ST. PAUL, Minn. (KMSP) - Black Lives Matter St. Paul will not disrupt the Twin Cities Marathon, but instead will protest in an area provided near for them near the finish line, St. Paul Mayor Chris Coleman said Thursday after meeting with the leader of the group.
The mayor met with Rashad Turner, the leader of Black Lives Matter St. Paul, to discuss the protest plans after the group threatened to shut down Sunday’s marathon.
According to the Facebook page for Black Lives Matter St. Paul, the protest, dubbed #BlackMarathon, aimed to shut down the race near the finish line, prompting concerns from law enforcement about runners’ safety.
At a press conference following the meeting, Turner said the protest was not intended to harm anyone. The group just wanted to create awareness, he said.
“Our voices were heard,” Turner said. “We've accomplished what we set out to do.”
On Wednesday, St. Paul Mayor Chris Coleman asked police to "keep all options on the table" to prevent disruption to the Twin Cities Marathon.
In a news release sent on Wednesday, Coleman praised police for "balancing the rights of protesters to be heard and the public to be safe" in light of recent action organized by the group, but in this case, he's asking Chief Smith to "keep all options on the table" to prevent disruption during the race.
Chief Tom Smith said they will not allow the marathon to be disrupted at a news conference on Wednesday.
"Runners shall finish the race," Smith said. "No groups shall disrupt or there will be consequences."
The group says they are protesting police brutality, particularly the arrest of 15-year-old Tyree Tucker in a park a few weeks ago and the officer-involved shooting of Philip Quinn in St. Paul last Thursday.
A similar event organized by the group halted light rail service before the Minnesota Vikings home opener, and another was held at the State Fair in response to alleged police brutality. Black Lives Matter St. Paul hasn't yet applied to be recognized as an official chapter of the national Black Lives Matter movement, the Star Tribune reported.
Twin Cities in Motion responded favorably to Coleman's statement, and issued a statement of their own saying "St. Paul city officials advised us to continue the Medtronic Twin Cities Marathon as planned, reinforcing their goal is to ensure that runners are able to safely finish the race."
Twin Cities in Motion statement
"Today, St. Paul city officials advised us to continue the Medtronic Twin Cities Marathon as planned, reinforcing their goal is to ensure that runners are able to safely finish the race. City officials have said they will not tolerate any actions that compromise the marathon, its runners, spectators, or its success.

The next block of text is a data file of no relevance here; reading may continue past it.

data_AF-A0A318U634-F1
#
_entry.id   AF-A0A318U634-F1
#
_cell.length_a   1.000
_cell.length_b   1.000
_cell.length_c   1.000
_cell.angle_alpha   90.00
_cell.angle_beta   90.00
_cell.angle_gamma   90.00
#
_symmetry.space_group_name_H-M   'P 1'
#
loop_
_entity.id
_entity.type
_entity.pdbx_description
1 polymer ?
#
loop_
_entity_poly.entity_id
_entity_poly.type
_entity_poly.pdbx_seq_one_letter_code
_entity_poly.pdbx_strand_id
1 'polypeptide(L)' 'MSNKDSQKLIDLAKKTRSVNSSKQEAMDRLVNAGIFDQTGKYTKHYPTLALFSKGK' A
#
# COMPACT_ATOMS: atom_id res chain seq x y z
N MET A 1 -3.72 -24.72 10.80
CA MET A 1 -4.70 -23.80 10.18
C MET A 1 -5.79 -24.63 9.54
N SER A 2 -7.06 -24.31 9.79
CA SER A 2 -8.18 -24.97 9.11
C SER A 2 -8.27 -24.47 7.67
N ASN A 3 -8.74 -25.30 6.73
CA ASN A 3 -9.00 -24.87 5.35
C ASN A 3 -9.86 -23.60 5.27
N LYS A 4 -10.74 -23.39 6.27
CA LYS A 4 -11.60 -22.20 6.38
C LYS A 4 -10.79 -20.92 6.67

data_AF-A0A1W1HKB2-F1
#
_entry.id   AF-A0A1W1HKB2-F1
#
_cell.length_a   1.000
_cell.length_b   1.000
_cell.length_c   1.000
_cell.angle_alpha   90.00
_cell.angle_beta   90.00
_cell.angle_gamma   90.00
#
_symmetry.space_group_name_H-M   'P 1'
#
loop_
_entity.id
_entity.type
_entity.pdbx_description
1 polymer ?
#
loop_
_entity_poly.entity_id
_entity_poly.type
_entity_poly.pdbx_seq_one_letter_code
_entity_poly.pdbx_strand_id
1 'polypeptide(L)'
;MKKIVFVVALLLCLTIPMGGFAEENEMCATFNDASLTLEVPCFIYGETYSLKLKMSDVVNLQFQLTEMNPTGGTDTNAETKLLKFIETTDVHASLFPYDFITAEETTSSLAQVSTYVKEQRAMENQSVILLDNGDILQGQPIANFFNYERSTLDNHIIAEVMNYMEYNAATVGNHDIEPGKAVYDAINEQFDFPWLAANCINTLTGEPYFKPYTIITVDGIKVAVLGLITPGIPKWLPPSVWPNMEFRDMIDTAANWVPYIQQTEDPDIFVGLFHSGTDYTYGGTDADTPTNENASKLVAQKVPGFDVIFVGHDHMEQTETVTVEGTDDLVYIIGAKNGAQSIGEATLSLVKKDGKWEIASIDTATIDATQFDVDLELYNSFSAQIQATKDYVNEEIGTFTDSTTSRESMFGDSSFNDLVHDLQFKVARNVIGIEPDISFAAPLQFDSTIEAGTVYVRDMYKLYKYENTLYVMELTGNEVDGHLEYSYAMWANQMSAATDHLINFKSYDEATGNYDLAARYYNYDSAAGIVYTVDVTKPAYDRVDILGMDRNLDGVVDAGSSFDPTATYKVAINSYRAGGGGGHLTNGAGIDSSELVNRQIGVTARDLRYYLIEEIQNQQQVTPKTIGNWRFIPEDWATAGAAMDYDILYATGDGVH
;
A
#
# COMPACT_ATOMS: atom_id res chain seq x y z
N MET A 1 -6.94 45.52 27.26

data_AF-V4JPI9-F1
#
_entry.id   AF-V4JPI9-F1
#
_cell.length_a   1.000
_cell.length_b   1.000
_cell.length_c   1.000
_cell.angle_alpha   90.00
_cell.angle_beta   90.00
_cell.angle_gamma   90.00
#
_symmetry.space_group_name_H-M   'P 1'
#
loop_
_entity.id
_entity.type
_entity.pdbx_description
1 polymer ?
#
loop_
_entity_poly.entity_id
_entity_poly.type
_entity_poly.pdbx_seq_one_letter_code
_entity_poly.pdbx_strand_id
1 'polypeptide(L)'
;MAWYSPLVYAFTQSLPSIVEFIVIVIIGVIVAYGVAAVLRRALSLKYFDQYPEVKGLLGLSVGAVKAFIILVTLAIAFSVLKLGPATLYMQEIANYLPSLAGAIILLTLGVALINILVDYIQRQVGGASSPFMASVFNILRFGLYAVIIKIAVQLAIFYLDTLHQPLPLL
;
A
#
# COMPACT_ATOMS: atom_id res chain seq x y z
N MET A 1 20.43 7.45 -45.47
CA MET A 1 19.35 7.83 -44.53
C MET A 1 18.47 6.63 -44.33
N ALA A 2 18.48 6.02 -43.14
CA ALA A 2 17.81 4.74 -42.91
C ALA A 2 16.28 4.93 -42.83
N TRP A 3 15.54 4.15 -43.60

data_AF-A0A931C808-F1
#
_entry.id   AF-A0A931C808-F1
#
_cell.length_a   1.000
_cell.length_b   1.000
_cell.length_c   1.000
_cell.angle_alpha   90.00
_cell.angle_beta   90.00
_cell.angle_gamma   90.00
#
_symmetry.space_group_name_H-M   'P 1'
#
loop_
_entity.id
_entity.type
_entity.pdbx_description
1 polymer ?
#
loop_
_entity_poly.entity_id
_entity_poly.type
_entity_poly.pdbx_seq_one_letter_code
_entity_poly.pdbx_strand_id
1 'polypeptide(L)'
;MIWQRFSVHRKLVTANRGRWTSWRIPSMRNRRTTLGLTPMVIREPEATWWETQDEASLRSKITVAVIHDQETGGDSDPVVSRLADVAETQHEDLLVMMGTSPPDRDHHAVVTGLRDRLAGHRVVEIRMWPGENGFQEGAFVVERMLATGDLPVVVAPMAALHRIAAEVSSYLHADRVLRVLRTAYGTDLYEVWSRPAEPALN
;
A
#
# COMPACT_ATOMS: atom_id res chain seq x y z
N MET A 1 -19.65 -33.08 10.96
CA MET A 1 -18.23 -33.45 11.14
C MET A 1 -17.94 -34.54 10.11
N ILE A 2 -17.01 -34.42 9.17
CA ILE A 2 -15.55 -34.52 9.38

With crisp fall weather expected, St. Paul city officials have encouraged runners and spectators to come out and plan to enjoy a great day. We look forward welcoming everyone to the 34th annual Medtronic Twin Cities Marathon Weekend and are proud to be the host of this great community tradition."
Full statement from Mayor Coleman
“Over the last several months, Black Lives Matter has conducted numerous demonstrations in the City of Saint Paul designed to disrupt traffic, deter people from getting to the State Fair and shut down the Green Line. While these events have likely inconvenienced some people, the protests have not led to any significant issues, no serious injuries and no arrests. The Saint Paul Police Department has done an exceptional job of balancing the rights of protesters to be heard and the public to be safe.
Now leaders of Black Lives Matter in Saint Paul have stated their intent to ‘shut down the Twin Cities Marathon.’ While we are no less committed to the right to peacefully protest, these threatened actions pose an unacceptable risk to runners, spectators and protesters themselves. To paraphrase an old adage, the right of anyone to protest ends at another's nose, or, in this case, someone else's feet. Therefore, I have asked Chief Smith to keep all options on the table to prevent disruption of the race or prevent runners from finishing the marathon.
I have also reached out to Saint Paul leaders of Black Lives Matter and hope to meet with them prior to Sunday. It is my desire to understand more fully what specific steps they are asking the City of Saint Paul and the Saint Paul Police Department to take to address their concerns. Recent incidents cited by the group’s leadership are currently under review. I am confident Chief Smith will address these matters appropriately. And I also believe it is important for leaders of Black Lives Matter to understand the extraordinary efforts Chief Smith and the department have taken to address issues of racial equity.
Saint Paul has a long history of resolving disputes peacefully and successfully, including a long history of working directly with community leaders to take corrective action in City and police practices. We remain committed to doing so.”
Gov. Mark Dayton said he is willing to meet with Black Lives Matter leaders about the protest, but fears it would be counterproductive. The governor said he believes in much of what the Black Lives Matter movement stands for, but he questioned what it stands for.
"I acknowledge that there's discrimination," Gov. Dayton said. "I acknowledge that there's injustice, that there's inequality. But if that's the basis for taking disruptive actions, someone could take disruptive actions every day and every night for the foreseeable future."